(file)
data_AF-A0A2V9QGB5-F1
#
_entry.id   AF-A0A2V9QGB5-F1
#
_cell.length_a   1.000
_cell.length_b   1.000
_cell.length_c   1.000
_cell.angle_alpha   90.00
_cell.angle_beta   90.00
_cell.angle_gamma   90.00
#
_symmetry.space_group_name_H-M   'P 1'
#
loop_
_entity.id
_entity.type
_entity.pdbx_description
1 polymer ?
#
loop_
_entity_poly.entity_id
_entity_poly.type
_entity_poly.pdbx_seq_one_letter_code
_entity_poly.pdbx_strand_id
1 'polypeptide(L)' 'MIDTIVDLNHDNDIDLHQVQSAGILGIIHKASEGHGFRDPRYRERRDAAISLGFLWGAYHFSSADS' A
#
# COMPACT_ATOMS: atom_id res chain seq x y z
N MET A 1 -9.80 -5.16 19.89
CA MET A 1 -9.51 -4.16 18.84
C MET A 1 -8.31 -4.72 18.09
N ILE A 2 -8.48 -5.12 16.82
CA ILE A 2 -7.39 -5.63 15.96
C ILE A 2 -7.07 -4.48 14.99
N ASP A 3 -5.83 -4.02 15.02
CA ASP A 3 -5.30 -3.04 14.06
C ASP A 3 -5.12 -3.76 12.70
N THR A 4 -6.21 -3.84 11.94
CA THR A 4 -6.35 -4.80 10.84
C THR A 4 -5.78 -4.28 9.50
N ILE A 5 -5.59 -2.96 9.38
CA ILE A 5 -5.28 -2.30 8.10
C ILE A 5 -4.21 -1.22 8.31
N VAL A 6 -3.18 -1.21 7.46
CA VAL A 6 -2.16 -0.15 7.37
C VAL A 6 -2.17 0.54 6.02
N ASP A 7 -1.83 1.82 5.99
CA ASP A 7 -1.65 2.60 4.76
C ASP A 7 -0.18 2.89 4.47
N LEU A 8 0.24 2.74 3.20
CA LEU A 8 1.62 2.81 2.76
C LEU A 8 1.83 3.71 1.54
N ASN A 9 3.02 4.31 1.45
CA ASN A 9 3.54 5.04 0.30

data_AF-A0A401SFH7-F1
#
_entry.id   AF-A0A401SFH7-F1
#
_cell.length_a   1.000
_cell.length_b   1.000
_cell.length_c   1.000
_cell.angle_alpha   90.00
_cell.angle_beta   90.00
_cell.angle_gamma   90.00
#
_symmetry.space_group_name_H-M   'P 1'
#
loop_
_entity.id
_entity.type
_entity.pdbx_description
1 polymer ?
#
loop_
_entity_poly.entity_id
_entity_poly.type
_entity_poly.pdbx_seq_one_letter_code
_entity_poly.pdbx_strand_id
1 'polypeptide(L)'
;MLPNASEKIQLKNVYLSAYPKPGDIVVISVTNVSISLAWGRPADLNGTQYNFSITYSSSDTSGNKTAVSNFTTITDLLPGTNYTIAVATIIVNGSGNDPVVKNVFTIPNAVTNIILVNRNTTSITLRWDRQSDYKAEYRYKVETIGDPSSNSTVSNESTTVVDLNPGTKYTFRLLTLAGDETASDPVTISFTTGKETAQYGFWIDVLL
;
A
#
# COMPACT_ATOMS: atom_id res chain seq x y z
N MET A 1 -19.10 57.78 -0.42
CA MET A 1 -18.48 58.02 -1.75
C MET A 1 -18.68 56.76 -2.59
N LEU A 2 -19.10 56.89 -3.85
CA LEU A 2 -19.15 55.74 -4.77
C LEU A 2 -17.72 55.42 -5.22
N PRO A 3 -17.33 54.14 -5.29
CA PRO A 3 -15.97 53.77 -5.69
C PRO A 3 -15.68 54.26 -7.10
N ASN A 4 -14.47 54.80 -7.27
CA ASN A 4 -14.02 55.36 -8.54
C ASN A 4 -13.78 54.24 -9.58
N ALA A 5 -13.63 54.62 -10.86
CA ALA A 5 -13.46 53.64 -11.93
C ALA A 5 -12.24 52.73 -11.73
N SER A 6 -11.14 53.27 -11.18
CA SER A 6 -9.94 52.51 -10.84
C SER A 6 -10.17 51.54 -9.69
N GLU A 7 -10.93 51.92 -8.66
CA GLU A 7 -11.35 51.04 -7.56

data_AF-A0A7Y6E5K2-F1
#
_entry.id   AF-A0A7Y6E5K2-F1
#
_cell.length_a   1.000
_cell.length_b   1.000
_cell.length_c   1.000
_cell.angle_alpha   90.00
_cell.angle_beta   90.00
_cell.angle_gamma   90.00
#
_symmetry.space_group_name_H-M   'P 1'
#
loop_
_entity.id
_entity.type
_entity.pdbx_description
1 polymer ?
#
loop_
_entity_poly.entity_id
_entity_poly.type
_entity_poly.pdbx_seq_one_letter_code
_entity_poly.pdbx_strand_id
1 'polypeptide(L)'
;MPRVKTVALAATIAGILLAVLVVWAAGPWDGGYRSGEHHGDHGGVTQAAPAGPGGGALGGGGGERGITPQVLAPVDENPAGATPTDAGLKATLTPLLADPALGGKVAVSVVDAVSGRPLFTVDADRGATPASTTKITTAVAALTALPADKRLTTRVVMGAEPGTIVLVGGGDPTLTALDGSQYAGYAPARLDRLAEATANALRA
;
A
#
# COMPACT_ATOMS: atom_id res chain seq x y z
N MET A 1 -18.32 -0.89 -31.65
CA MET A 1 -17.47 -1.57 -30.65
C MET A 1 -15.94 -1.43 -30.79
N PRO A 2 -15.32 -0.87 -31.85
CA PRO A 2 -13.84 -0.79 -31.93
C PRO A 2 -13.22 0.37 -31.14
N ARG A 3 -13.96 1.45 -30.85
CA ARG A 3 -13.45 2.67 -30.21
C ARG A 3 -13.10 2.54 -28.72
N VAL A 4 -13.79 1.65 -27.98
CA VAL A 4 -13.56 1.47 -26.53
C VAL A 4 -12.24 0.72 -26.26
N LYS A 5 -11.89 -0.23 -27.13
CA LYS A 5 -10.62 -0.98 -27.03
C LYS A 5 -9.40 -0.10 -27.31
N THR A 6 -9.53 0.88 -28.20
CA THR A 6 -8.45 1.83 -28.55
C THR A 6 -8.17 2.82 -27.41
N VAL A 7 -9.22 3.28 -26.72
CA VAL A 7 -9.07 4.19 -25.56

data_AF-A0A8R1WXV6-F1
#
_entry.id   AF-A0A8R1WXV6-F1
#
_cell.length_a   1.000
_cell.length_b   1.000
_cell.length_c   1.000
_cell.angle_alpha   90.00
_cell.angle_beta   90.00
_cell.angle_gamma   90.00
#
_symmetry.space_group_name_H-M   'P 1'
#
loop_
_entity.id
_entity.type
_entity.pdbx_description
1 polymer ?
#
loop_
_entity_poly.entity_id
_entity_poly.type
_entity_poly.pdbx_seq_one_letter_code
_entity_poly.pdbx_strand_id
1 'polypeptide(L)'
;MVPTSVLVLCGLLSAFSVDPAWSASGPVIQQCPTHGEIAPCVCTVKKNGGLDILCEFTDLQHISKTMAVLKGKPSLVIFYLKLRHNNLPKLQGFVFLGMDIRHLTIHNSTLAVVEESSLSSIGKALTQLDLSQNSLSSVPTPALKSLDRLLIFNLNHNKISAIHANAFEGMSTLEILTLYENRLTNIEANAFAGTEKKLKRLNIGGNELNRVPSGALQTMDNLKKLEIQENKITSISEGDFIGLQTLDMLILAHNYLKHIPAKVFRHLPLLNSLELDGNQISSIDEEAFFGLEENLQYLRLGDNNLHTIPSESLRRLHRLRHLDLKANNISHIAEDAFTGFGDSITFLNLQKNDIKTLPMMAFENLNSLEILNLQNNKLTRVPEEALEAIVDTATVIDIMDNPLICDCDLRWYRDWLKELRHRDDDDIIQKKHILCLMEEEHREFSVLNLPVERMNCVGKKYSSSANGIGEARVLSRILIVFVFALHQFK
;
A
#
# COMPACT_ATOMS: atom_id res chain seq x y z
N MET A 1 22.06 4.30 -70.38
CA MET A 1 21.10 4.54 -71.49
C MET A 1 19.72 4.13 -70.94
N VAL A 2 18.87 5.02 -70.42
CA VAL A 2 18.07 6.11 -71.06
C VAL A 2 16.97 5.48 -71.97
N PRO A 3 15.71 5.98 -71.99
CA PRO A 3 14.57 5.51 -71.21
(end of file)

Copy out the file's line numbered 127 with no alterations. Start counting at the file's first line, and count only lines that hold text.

_entity_poly.pdbx_strand_id